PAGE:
Here are five takeaways from Angelique S. Chengelis following Michigan's 27-20 overtime win at Indiana on Saturday.
■ Committee of one: This is the run-and-don’t-break offense, and Karan Higdon executed it well, as he gained 200 rushing yards and scored three touchdowns, while the offense did not break and turn the ball over — or throw much —in a 27-20 overtime victory at Indiana. Higdon became Michigan’s first running back to gain 200 yards since Mike Hart rushed for 215 (and three touchdowns) against Eastern Michigan in 2007 and the first player since quarterback Denard Robinson had 235 rushing yards against Purdue in 2012.
Higdon had touchdown runs of 12 and 59 yards in regulation and the go-ahead 25-yard score on the first play of overtime. Michigan preaches running back by committee, but Higdon carried the load with a few assists from Ty Isaac, who had seven carries for 38 yards. Chris Evans added eight carries for five yards and Kareem Walker had an eight-yard carry.
■ Seeking balance: Michigan is going to have to try to throw the ball at some point — Saturday night at Penn State might be one of those times — but Jim Harbaugh insists his game plan was to run the ball and not throw much at Indiana. The Wolverines followed through on that game plan with John O’Korn attempting 20 passes in his second start in place of injured Wilton Speight. O’Korn completed 10 passes for 58 yards, while Michigan relied on its defense, kicker Quinn Nordin and 271 rushing yards.
“We went with what was working, and we won the game,” O’Korn said.
But every coach will tell you balance is key and that will matter against the Nittany Lions.
■ Flag fest: Michigan got away with a program-record 16 penalties for 141 yards, including 11 in the first half and three defensive penalties on one play. And by “got away” — they got away with still winning.
“We have to get better in that area,” Harbaugh said. “When you’re getting them off offense, the defense and special teams … teach and coach how to not get the penalties, and we’re getting penalties. We’ve got to grow there and get better at.”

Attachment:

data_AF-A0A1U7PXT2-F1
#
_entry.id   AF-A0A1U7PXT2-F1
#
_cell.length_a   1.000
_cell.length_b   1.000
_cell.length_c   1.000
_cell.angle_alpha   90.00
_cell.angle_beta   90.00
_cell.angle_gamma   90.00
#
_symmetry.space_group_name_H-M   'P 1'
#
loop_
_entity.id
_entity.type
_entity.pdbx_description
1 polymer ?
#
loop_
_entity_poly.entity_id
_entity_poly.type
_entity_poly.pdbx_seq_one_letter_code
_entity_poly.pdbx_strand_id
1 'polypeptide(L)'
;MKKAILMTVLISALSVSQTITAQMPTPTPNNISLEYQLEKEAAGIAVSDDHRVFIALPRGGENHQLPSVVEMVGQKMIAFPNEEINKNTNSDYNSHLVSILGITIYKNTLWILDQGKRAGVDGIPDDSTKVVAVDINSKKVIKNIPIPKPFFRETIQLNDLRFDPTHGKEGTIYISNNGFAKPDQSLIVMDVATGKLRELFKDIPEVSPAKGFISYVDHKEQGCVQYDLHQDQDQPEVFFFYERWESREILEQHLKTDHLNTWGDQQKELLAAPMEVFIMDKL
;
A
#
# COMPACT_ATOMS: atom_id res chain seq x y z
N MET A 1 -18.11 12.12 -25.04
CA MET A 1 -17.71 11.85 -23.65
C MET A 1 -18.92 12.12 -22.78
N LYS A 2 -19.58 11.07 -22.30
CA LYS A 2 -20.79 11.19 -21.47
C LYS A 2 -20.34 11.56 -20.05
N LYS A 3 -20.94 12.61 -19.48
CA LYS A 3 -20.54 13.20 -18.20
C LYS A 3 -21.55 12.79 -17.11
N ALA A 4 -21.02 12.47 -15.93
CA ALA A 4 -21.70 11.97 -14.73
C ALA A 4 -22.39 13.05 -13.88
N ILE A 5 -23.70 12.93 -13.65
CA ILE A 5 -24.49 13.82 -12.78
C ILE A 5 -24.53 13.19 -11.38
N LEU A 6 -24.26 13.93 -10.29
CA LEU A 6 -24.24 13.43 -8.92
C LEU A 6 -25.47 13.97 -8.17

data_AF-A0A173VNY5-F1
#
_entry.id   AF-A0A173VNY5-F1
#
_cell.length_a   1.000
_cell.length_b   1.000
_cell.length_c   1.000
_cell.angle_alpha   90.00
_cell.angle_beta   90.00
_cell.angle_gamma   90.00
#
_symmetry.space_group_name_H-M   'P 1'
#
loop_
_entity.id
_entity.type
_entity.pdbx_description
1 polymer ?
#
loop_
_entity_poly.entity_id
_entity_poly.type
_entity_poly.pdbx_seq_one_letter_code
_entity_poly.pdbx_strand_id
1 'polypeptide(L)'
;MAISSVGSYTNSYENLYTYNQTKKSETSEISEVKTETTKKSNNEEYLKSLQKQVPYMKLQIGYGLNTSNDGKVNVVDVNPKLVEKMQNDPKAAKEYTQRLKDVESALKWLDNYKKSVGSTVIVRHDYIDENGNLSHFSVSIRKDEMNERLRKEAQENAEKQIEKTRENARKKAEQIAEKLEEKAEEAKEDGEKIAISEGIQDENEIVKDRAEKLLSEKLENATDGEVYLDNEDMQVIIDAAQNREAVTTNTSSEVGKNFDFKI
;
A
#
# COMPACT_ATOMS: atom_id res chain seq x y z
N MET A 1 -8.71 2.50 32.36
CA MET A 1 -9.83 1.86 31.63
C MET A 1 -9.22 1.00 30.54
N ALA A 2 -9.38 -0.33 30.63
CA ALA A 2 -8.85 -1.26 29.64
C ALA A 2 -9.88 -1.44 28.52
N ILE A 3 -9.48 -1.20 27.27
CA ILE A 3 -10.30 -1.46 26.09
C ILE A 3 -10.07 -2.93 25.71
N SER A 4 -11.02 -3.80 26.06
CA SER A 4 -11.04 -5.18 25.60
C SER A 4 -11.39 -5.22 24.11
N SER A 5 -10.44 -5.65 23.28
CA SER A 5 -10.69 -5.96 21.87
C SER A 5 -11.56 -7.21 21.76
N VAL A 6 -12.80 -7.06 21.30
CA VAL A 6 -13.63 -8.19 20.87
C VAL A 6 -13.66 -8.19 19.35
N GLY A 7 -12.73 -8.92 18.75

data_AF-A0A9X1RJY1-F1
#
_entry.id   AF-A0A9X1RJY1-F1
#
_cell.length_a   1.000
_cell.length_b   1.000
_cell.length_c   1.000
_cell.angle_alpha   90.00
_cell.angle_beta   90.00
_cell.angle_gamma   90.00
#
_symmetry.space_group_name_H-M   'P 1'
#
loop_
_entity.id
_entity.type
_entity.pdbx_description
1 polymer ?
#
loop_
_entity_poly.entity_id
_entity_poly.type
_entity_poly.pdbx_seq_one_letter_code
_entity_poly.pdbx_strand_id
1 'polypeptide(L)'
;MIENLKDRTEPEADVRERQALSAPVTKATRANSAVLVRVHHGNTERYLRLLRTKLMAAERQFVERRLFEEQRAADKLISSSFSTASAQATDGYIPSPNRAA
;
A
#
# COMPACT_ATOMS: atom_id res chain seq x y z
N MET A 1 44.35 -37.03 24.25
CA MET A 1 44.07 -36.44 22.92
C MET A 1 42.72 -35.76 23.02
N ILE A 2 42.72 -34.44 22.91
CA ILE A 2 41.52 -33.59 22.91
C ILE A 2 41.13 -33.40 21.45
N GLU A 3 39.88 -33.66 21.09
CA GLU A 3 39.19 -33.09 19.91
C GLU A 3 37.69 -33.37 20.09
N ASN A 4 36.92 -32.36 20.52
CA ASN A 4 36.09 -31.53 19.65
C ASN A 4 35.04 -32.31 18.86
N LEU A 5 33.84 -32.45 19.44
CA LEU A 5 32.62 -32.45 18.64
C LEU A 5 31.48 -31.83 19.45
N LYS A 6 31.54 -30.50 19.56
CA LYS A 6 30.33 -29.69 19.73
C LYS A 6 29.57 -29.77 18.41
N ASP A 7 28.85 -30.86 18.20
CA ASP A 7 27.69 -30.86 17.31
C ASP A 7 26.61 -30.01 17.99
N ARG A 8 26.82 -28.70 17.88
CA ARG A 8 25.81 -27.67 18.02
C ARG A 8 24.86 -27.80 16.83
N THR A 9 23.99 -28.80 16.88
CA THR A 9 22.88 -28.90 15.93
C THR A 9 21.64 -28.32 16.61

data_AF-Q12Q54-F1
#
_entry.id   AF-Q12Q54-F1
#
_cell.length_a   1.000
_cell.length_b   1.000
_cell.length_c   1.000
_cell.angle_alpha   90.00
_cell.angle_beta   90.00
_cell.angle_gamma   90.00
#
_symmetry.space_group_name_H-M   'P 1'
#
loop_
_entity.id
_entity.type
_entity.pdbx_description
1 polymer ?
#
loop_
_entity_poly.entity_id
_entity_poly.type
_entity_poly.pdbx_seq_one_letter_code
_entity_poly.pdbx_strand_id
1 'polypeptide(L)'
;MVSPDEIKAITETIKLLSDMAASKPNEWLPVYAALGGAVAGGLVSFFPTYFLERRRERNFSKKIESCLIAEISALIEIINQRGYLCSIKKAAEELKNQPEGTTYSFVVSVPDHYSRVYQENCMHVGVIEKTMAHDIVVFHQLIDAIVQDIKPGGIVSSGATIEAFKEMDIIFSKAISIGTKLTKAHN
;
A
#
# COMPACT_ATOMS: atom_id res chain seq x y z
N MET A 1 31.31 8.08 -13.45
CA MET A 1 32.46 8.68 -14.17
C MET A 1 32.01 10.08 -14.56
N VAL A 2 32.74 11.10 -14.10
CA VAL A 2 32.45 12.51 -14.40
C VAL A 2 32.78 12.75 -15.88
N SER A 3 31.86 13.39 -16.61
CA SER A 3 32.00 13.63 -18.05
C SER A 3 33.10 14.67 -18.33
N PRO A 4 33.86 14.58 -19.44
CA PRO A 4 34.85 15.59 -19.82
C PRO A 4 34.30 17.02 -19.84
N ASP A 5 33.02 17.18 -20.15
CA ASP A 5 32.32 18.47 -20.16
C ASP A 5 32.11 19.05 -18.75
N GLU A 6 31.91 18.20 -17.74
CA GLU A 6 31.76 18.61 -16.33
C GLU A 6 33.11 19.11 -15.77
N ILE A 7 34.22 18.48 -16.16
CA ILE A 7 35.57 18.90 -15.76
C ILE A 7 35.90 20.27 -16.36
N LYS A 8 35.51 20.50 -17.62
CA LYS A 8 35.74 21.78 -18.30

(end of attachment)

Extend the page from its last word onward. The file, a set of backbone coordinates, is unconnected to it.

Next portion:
Cutting down on penalties is, in large part, about discipline. Michigan is among the most penalized teams in the country. In the category of “fewest penalties,” Michigan ranks 112th of 129 teams with 51 and 13th in the Big Ten. In fewest penalties per game, the Wolverines are 120th and are averaging 8.5 a game.
“Been around young ball clubs before and it’s a process,” Harbaugh said. “That’s why we’ve got to become a more disciplined football team.”
■ Line lift: During the loss to Michigan State, starting right tackle Nolan Ulizio was replaced by Juwann Bushell-Beatty, who finished out that game and started against Indiana. Michigan ran 44 times for 271 yards, their biggest total of the season (6.2 yards per carry), and while one man does not an offensive line make, Bushell-Beatty adds experience to the group, especially on that right side.
“Must have been good when you rush the ball as many yards as we did,” Harbaugh said of the line’s chemistry with Bushell-Beatty in at right tackle. “There has to be some really good play up front. I mean, they fight. I’ll tell you what they do — they fight. You really love that when you have a ball club that’s like that.”
■ Sealing the deal: Michigan’s defense remains ranked No. 1 nationally, and sealed the overtime victory over Indiana with Tyree Kinnel’s interception in the end zone. It was the second interception of the game for the Wolverines. Indiana became the sixth Michigan opponent held to its season low for yards. The Hoosiers had 278 total yards of offense, and their previous low had been 308 yards.
On the Hoosiers’ final drive in overtime, after Michigan got a pass interference on the first play and Indiana quarterback Peyton Ramsey rushed for nine yards to the Michigan 3-yard line, Morgan Ellison gained two yards to the 1, then lost two yards on the next play when he was hit by Rashan Gary. After an incompletion, Ramsey lost another yard and then threw the interception.
Linebacker Devin Bush led the defense with eight tackles, while Gary had seven tackles and a team-best 2.5 tackles for loss.